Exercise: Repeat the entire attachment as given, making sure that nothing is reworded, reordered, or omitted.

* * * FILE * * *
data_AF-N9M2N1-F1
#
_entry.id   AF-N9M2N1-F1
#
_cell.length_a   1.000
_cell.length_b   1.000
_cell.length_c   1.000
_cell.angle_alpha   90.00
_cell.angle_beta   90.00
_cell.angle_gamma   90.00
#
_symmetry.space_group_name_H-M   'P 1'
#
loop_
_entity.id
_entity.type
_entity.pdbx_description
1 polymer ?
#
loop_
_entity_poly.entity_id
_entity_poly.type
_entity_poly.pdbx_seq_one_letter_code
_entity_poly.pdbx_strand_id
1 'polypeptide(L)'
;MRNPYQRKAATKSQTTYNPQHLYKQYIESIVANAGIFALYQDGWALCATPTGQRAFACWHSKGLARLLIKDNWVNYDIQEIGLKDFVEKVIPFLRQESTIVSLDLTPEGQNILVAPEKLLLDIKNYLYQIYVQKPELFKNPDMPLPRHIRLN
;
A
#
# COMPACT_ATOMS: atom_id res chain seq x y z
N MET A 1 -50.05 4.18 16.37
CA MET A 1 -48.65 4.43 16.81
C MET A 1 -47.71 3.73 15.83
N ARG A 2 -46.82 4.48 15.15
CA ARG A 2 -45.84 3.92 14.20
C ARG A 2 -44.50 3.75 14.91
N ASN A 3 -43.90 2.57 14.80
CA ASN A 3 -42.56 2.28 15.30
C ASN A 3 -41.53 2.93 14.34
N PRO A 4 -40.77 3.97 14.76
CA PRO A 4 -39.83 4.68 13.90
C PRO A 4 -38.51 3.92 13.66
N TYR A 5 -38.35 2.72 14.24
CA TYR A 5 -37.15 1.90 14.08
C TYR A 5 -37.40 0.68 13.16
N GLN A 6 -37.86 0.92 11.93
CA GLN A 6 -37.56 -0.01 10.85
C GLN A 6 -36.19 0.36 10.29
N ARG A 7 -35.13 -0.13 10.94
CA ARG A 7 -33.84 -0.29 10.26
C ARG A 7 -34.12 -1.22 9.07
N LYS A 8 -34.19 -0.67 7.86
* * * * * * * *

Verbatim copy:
data_AF-N9M2N1-F1
#
_entry.id   AF-N9M2N1-F1
#
_cell.length_a   1.000
_cell.length_b   1.000
_cell.length_c   1.000
_cell.angle_alpha   90.00
_cell.angle_beta   90.00
_cell.angle_gamma   90.00
#
_symmetry.space_group_name_H-M   'P 1'
#
loop_
_entity.id
_entity.type
_entity.pdbx_description
1 polymer ?
#
loop_
_entity_poly.entity_id
_entity_poly.type
_entity_poly.pdbx_seq_one_letter_code
_entity_poly.pdbx_strand_id
1 'polypeptide(L)'
;MRNPYQRKAATKSQTTYNPQHLYKQYIESIVANAGIFALYQDGWALCATPTGQRAFACWHSKGLARLLIKDNWVNYDIQEIGLKDFVEKVIPFLRQESTIVSLDLTPEGQNILVAPEKLLLDIKNYLYQIYVQKPELFKNPDMPLPRHIRLN
;
A
#
# COMPACT_ATOMS: atom_id res chain seq x y z
N MET A 1 -50.05 4.18 16.37
CA MET A 1 -48.65 4.43 16.81
C MET A 1 -47.71 3.73 15.83
N ARG A 2 -46.82 4.48 15.15
CA ARG A 2 -45.84 3.92 14.20
C ARG A 2 -44.50 3.75 14.91
N ASN A 3 -43.90 2.57 14.80
CA ASN A 3 -42.56 2.28 15.30
C ASN A 3 -41.53 2.93 14.34
N PRO A 4 -40.77 3.97 14.76
CA PRO A 4 -39.83 4.68 13.90
C PRO A 4 -38.51 3.92 13.66
N TYR A 5 -38.35 2.72 14.24
CA TYR A 5 -37.15 1.90 14.08
C TYR A 5 -37.40 0.68 13.16
N GLN A 6 -37.86 0.92 11.93
CA GLN A 6 -37.56 -0.01 10.85
C GLN A 6 -36.19 0.36 10.29
N ARG A 7 -35.13 -0.13 10.94
CA ARG A 7 -33.84 -0.29 10.26
C ARG A 7 -34.12 -1.22 9.07
N LYS A 8 -34.19 -0.67 7.86